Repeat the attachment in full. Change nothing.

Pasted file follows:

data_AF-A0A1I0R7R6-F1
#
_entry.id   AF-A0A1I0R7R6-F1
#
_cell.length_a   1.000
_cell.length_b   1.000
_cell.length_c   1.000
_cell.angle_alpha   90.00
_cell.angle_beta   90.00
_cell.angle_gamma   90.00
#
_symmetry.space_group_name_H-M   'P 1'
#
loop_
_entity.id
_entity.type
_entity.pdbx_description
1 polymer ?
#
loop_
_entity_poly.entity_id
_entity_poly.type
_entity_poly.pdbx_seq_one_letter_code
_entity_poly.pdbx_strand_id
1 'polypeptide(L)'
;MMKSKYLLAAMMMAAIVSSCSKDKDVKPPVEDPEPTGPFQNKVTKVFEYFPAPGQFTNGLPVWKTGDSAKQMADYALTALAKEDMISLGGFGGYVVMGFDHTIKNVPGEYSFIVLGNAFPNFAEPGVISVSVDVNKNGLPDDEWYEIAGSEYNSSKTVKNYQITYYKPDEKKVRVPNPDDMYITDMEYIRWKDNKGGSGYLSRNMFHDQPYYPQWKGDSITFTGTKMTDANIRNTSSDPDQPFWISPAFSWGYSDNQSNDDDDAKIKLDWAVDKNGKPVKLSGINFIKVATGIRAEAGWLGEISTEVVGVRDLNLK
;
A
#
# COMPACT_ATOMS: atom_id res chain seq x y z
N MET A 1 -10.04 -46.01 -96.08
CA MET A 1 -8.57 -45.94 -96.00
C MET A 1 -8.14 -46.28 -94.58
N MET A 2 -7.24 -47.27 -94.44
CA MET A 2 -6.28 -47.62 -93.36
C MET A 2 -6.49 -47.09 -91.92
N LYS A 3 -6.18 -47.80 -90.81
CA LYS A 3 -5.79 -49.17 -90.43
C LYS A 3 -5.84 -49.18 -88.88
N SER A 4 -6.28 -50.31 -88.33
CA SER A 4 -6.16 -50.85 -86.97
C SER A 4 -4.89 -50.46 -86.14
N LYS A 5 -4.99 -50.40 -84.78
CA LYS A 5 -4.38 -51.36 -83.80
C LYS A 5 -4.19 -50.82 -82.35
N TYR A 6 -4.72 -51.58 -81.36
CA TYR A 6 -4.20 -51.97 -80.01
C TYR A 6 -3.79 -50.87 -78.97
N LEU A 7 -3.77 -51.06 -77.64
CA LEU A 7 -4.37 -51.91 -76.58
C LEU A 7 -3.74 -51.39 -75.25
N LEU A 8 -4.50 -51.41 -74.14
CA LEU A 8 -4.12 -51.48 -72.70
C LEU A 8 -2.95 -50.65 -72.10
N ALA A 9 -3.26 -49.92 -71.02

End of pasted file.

data_AF-A0A1I0R7R6-F1
#
_entry.id   AF-A0A1I0R7R6-F1
#
_cell.length_a   1.000
_cell.length_b   1.000
_cell.length_c   1.000
_cell.angle_alpha   90.00
_cell.angle_beta   90.00
_cell.angle_gamma   90.00
#
_symmetry.space_group_name_H-M   'P 1'
#
loop_
_entity.id
_entity.type
_entity.pdbx_description
1 polymer ?
#
loop_
_entity_poly.entity_id
_entity_poly.type
_entity_poly.pdbx_seq_one_letter_code
_entity_poly.pdbx_strand_id
1 'polypeptide(L)'
;MMKSKYLLAAMMMAAIVSSCSKDKDVKPPVEDPEPTGPFQNKVTKVFEYFPAPGQFTNGLPVWKTGDSAKQMADYALTALAKEDMISLGGFGGYVVMGFDHTIKNVPGEYSFIVLGNAFPNFAEPGVISVSVDVNKNGLPDDEWYEIAGSEYNSSKTVKNYQITYYKPDEKKVRVPNPDDMYITDMEYIRWKDNKGGSGYLSRNMFHDQPYYPQWKGDSITFTGTKMTDANIRNTSSDPDQPFWISPAFSWGYSDNQSNDDDDAKIKLDWAVDKNGKPVKLSGINFIKVATGIRAEAGWLGEISTEVVGVRDLNLK
;
A
#
# COMPACT_ATOMS: atom_id res chain seq x y z
N MET A 1 -10.04 -46.01 -96.08
CA MET A 1 -8.57 -45.94 -96.00
C MET A 1 -8.14 -46.28 -94.58
N MET A 2 -7.24 -47.27 -94.44
CA MET A 2 -6.28 -47.62 -93.36
C MET A 2 -6.49 -47.09 -91.92
N LYS A 3 -6.18 -47.80 -90.81
CA LYS A 3 -5.79 -49.17 -90.43
C LYS A 3 -5.84 -49.18 -88.88
N SER A 4 -6.28 -50.31 -88.33
CA SER A 4 -6.16 -50.85 -86.97
C SER A 4 -4.89 -50.46 -86.14
N LYS A 5 -4.99 -50.40 -84.78
CA LYS A 5 -4.38 -51.36 -83.80
C LYS A 5 -4.19 -50.82 -82.35
N TYR A 6 -4.72 -51.58 -81.36
CA TYR A 6 -4.20 -51.97 -80.01
C TYR A 6 -3.79 -50.87 -78.97
N LEU A 7 -3.77 -51.06 -77.64
CA LEU A 7 -4.37 -51.91 -76.58
C LEU A 7 -3.74 -51.39 -75.25
N LEU A 8 -4.50 -51.41 -74.14
CA LEU A 8 -4.12 -51.48 -72.70
C LEU A 8 -2.95 -50.65 -72.10
N ALA A 9 -3.26 -49.92 -71.02